Lendal Bridge fines to be refunded
CITY of York Council has decided to refund money to almost 60,000 motorists fined for driving over Lendal Bridge.
Controversial traffic restrictions were introduced on Lendal Bridge last August but the trial was abandoned after an independent review found the council may have acted unlawfully.
A process for the public to claim back the money is currently being worked on, City of York Council has confirmed. Motorists will have to claim a refund in order to get their money back.
Some 56,000 drivers have been issued penalty notices amounting to £1.3 million for driving over Lendal Bridge since the restrictions were put in place, on a trial basis, in August 2013. Additional costs for setting up the project were in the region of £500,000. A City of York spokeswoman has said they cannot yet anticipate the cost of repaying the fines.
The decision does not affect fines given in Coppergate.
On the basis of independent legal advice, the City of York Council had been contesting the Traffic Adjudicator’s challenge to both the Lendal Bridge and Coppergate schemes. It will now only continue to contest the Coppergate order.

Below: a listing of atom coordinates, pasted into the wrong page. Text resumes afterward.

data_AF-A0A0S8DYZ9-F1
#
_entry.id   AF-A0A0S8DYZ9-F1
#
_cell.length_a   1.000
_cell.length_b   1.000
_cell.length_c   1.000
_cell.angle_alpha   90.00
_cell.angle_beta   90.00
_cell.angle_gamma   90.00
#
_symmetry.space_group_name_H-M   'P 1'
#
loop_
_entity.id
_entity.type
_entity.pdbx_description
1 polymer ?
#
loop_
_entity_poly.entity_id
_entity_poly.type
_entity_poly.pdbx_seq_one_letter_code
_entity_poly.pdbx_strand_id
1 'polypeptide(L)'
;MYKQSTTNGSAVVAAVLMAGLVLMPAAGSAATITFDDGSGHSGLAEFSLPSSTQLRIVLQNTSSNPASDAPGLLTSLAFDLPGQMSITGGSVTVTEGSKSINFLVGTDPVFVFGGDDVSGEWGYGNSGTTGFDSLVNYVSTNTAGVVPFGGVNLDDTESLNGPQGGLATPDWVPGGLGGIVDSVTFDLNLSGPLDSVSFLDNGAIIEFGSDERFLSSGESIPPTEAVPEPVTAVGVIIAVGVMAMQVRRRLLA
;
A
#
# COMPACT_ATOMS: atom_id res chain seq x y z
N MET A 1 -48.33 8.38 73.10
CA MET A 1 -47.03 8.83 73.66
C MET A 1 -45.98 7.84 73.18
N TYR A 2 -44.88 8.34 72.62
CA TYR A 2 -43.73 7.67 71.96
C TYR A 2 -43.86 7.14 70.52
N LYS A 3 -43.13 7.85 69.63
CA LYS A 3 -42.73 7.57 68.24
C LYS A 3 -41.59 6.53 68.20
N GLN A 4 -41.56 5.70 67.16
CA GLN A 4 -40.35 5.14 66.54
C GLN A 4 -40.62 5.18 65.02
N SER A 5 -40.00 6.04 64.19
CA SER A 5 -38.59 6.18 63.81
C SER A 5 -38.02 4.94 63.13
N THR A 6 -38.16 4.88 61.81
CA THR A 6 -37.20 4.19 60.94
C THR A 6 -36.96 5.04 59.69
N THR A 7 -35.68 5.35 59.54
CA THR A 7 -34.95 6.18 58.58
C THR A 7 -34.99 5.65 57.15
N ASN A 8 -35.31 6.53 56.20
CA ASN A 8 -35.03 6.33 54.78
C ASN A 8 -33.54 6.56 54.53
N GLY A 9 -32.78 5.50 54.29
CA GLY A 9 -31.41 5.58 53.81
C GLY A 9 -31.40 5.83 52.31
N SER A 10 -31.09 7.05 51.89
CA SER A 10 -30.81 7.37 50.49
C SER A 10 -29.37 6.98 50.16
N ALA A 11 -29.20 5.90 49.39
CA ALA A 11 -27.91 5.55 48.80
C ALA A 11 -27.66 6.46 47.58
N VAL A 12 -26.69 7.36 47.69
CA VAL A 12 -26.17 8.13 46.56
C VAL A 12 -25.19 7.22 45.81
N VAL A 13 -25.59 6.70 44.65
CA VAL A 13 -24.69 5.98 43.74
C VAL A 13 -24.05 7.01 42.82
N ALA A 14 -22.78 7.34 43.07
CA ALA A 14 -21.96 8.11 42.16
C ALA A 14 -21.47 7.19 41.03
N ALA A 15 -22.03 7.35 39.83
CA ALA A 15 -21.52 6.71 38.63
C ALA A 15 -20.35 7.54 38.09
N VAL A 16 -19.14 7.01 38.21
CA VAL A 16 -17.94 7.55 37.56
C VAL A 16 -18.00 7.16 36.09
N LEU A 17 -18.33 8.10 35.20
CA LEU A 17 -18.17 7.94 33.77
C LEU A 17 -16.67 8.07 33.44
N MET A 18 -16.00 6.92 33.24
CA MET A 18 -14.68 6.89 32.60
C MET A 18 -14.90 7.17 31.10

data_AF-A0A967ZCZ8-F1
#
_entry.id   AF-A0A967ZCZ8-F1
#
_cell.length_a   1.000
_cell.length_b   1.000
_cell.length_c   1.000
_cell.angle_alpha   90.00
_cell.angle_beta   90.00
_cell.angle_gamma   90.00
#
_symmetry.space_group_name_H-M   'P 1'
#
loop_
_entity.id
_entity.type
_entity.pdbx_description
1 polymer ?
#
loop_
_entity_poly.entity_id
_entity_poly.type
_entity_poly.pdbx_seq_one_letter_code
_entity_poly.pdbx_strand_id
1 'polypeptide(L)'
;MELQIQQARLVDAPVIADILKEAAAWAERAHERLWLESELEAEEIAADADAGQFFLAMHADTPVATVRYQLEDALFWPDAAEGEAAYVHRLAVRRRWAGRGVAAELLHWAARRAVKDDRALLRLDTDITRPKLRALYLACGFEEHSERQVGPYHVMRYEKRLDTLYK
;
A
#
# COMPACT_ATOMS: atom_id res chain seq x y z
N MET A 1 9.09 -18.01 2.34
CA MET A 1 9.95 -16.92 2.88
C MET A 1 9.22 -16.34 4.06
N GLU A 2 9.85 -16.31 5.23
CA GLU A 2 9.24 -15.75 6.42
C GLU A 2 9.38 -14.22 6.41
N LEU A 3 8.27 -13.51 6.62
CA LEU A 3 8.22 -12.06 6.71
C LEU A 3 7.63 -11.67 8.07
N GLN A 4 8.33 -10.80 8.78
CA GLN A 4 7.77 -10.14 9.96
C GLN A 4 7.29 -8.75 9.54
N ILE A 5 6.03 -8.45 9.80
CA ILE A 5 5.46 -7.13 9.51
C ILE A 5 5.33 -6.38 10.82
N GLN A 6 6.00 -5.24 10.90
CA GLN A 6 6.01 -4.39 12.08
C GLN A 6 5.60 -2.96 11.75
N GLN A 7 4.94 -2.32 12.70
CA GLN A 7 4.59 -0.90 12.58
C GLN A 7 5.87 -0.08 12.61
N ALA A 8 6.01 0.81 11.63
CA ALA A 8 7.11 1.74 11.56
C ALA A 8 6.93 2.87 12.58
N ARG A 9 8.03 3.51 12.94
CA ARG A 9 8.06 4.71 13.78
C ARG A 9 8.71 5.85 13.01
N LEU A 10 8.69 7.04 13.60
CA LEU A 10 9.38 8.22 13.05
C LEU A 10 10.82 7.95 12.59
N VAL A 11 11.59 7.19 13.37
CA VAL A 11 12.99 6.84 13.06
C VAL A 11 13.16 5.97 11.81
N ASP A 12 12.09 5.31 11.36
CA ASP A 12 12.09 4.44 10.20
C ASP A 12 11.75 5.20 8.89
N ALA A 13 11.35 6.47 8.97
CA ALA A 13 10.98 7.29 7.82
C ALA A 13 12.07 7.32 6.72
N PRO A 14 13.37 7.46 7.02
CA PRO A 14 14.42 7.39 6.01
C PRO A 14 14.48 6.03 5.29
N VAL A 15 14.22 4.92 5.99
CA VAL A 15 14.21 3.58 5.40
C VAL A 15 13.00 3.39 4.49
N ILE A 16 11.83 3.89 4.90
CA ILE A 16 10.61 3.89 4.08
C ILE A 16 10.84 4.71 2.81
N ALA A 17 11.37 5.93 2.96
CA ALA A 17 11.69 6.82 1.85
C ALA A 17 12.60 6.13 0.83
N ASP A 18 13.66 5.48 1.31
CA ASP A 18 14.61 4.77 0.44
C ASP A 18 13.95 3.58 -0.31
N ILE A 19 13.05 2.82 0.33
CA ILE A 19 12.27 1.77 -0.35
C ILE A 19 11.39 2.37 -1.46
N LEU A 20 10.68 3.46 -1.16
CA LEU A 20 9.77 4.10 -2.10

Cllr James Alexander said about the decision: “Councillors from all parties have told me that they want to move on, and they are right. It is for this reason, to draw the matter to a close and as a gesture of goodwill, that we make this announcement today.
“The council does not accept the finding of the Traffic Penalty Tribunal as regards the lawful ability to regulate traffic in this way, and is therefore continuing to pursue a review of the Tribunal’s decision in relation to the permanent Coppergate order.
“However, the Lendal Bridge trial has now finished, and for this reason, the council does not consider it to be in the public interest to pursue the review in respect of Lendal Bridge.
“The council has taken the decision that in respect of those people who received a fine during the trial traffic regulation of Lendal Bridge, a refund will be made if they make a particular request to the council. This is due to the clear level of public concern during the trial. It is hoped that this can be seen as a statement of goodwill and we are drawing a line under the matter.”
Cllr David Levene, cabinet member for transport, said the trial “was never about making money" and that work had to be done to resolve traffic issues in York.
He said: “But whilst the trial achieved some of its aims, it had become too polarizing an issue, requiring too much resource, and so detracting from other necessary transport policies.”
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